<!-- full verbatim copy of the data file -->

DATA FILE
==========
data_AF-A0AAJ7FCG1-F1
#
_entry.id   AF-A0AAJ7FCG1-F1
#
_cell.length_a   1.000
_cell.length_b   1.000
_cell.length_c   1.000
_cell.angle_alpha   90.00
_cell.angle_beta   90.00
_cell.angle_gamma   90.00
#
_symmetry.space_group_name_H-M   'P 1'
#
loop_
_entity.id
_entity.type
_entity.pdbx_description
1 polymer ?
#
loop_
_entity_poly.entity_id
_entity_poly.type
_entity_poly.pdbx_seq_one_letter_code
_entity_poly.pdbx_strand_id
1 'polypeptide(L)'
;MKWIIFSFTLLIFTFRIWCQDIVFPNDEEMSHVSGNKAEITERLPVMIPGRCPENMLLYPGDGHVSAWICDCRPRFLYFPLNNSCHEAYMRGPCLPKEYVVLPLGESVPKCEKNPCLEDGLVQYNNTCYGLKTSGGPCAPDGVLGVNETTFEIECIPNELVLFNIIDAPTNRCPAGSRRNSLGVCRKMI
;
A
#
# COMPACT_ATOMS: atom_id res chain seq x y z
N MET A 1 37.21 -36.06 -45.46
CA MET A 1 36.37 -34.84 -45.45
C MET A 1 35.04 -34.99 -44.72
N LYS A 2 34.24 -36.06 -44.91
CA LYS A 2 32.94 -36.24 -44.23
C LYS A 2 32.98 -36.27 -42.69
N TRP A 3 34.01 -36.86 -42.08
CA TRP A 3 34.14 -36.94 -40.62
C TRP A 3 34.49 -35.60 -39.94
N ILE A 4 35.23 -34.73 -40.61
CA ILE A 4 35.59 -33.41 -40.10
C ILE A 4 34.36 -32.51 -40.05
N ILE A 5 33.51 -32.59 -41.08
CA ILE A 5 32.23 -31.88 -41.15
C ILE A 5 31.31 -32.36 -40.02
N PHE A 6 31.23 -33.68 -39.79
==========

data_AF-A0AAJ7FCG1-F1
#
_entry.id   AF-A0AAJ7FCG1-F1
#
_cell.length_a   1.000
_cell.length_b   1.000
_cell.length_c   1.000
_cell.angle_alpha   90.00
_cell.angle_beta   90.00
_cell.angle_gamma   90.00
#
_symmetry.space_group_name_H-M   'P 1'
#
loop_
_entity.id
_entity.type
_entity.pdbx_description
1 polymer ?
#
loop_
_entity_poly.entity_id
_entity_poly.type
_entity_poly.pdbx_seq_one_letter_code
_entity_poly.pdbx_strand_id
1 'polypeptide(L)'
;MKWIIFSFTLLIFTFRIWCQDIVFPNDEEMSHVSGNKAEITERLPVMIPGRCPENMLLYPGDGHVSAWICDCRPRFLYFPLNNSCHEAYMRGPCLPKEYVVLPLGESVPKCEKNPCLEDGLVQYNNTCYGLKTSGGPCAPDGVLGVNETTFEIECIPNELVLFNIIDAPTNRCPAGSRRNSLGVCRKMI
;
A
#
# COMPACT_ATOMS: atom_id res chain seq x y z
N MET A 1 37.21 -36.06 -45.46
CA MET A 1 36.37 -34.84 -45.45
C MET A 1 35.04 -34.99 -44.72
N LYS A 2 34.24 -36.06 -44.91
CA LYS A 2 32.94 -36.24 -44.23
C LYS A 2 32.98 -36.27 -42.69
N TRP A 3 34.01 -36.86 -42.08
CA TRP A 3 34.14 -36.94 -40.62
C TRP A 3 34.49 -35.60 -39.94
N ILE A 4 35.23 -34.73 -40.61
CA ILE A 4 35.59 -33.41 -40.10
C ILE A 4 34.36 -32.51 -40.05
N ILE A 5 33.51 -32.59 -41.08
CA ILE A 5 32.23 -31.88 -41.15
C ILE A 5 31.31 -32.36 -40.02
N PHE A 6 31.23 -33.68 -39.79